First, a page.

NewsChannel 5 Investigates: Friends in High Places
Memo Reveals Evidence in State Contracts Case
(Story created: 1/3/05)
Al Ganier, a friend of former Gov. Don Sundquist, is now awaiting trial on federal obstruction of justice charges. Now, NewsChannel 5 has obtained a confidential memo that lays out the case against Ganier.
It's the second case from our Friends in High Places investigation of insider state contracts.
After a federal grand jury indicted Education Networks of America founder Al Ganier for obstruction of justice back in November, his lawyer dismissed it as "Plan B" in a failed investigation that turned up no evidence of contract fraud.
Now, in a memo -- filed under seal, but inadvertently released by court clerks -- prosecutors have put Ganier on notice that they are prepared to fight back at trial.
"The investigation has revealed evidence of illegal and otherwise inappropriate activity with the award of the first ConnecTen contract to ENA," the memo says.
Included, they say, are "allegations that Defendant had a romantic relationship with, and received inappropriate assistance" from a woman involved in the contracting process.
Prosecutors add that they plan to introduce that evidence only if Ganier, during the defense phase, tries to claim he had nothing to hide.
The memo also notes that Ganier "had no Internet services company" until the Sundquist administration gave him a no-bid contract to connect Tennessee schools to the Internet.
His newly formed company, Technology Partner, later became Education Networks of America -- which won two long-term contracts worth almost $200 million.
Prosecutors said Ganier's secret partner, from the beginning, was another Sundquist friend, John Stamps.
The confidential memo also provides clues about what ENA vice president Bob Collie may have told a federal grand jury.
After the grand jury subpoenaed state e-mail relating to ENA's contract in December 2002, Collie e-mailed the company's in-house lawyer saying, "I've spoken with Al and here is what he wants... his e-mail set to delete after six months..." as well as getting rid of former employees' e-mail after six months.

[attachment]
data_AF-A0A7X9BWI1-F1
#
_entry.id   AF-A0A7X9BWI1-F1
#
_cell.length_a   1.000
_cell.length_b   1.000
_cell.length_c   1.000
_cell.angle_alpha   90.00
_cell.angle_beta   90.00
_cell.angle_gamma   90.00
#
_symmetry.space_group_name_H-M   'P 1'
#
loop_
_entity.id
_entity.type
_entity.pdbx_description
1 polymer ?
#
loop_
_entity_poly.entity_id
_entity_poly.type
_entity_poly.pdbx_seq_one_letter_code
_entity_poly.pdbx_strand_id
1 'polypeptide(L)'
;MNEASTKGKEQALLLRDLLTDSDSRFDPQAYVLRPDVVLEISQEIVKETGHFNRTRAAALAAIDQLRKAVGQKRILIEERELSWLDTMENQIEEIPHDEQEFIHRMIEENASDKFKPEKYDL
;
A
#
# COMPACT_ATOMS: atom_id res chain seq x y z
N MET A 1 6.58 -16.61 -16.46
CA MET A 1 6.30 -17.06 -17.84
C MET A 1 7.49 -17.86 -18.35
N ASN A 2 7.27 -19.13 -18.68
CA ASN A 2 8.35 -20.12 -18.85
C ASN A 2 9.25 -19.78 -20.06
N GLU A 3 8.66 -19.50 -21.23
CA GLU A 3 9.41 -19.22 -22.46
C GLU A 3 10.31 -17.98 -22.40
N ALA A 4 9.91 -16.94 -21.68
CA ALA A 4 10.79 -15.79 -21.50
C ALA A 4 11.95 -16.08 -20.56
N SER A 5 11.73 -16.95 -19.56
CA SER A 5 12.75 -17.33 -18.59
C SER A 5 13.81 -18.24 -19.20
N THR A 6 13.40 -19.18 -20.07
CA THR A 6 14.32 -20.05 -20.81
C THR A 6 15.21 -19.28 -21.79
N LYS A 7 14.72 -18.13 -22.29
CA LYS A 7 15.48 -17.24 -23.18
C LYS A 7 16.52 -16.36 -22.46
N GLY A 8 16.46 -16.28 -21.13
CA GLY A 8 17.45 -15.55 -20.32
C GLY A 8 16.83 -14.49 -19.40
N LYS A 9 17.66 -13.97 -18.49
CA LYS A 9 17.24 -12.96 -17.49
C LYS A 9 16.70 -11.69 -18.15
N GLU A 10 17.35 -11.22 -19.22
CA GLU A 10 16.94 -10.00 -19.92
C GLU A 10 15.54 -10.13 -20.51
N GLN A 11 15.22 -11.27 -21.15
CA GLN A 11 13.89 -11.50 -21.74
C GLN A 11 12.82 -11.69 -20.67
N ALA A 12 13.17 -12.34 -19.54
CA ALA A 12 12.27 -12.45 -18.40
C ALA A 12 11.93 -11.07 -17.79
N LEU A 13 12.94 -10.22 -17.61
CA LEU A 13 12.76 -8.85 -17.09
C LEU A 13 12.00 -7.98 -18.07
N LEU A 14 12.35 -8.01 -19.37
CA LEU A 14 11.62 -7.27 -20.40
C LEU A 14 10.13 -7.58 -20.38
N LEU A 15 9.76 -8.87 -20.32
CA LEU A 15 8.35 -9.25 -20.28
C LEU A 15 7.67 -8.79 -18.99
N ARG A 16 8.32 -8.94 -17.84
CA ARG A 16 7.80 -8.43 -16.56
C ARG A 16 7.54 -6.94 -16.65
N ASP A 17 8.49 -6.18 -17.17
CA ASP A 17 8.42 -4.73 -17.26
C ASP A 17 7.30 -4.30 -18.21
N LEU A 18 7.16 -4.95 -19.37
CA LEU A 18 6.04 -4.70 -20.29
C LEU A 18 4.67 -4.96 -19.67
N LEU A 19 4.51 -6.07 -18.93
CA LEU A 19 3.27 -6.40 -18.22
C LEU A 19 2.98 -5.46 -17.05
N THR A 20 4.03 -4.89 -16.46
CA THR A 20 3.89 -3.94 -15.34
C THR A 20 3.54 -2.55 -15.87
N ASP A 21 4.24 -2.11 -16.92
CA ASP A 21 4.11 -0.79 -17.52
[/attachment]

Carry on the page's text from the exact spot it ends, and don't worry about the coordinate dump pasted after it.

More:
The lawyer, Michael Bressman, responded: "We should not be doing any mass deletion of emails or other documents."
Despite that warning, prosecutors say Ganier later called his secretary at home on a Sunday to get her computer password.
"The secretary gave Defendant her password. Defendant never before had asked for her password or, for that matter, called her at home on a weekend. After speaking with Defendant, the secretary called the FBI," the memo says. Agents has previously interviewed her.
Five days after that call, agents raided ENA's headquarters. Prosecutors say they found evidence that Ganier had deleted memos written to Sundquist's deputy governor, Alex Fischer, about plans to pump millions more into ENA's state contract.
The discussions with Fischer included a $1 million federal grant from the Appalachian Regional Commission in 2002, just after Sundquist became co-chairman of the multi-state federal agency.
According to the prosecution memo, "Fischer instructed SDE [the state Department of Education] to prepare and submit an application" for a reading project involving ENA, "without any consideration of whether SDE supported the project or even wanted to apply for the grant."
Together with other state and federal funds, that grant would have led to an $8 million contract extension, the memo says.
Because of the controversy surrounding the ENA contract at the time, state finance officials refused to sign off on it.
Prosecutors say the deleted evidence also includes notes regarding a political fundraiser for Texas governor Rick Perry, at a time when ENA was trying to land a contract there.
Ganier's lawyers want that stricken from the indictment, saying it has nothing to do with Tennessee contracts.
But prosecutors say it shows "how ENA attempts to influence and curry favor ... with state officials." They say there's no evidence of any wrongdoing by Perry.
Fischer did not return a phone call to his home.
In a statement to NewsChannel 5, Ganier defense lawyer Aubrey Harwell said:
"That document should never have been released to the press and the public. The very face of the document suggests the possibility of Mr. Ganier being prejudiced if it's released. Nonetheless, regardless of why it occurred, Channel 5 has seen the document. Mr. Ganier maintains his innocence just as he has from the beginning. The government has taken bits and pieces of information and attempted to complete a picture suggesting Mr. Ganier acted illegally. Nothing could be further from the truth, and when the full story is told, that will be obvious."
Prosecutors also write that they filed their memo under seal partly because it involves matters still under investigation.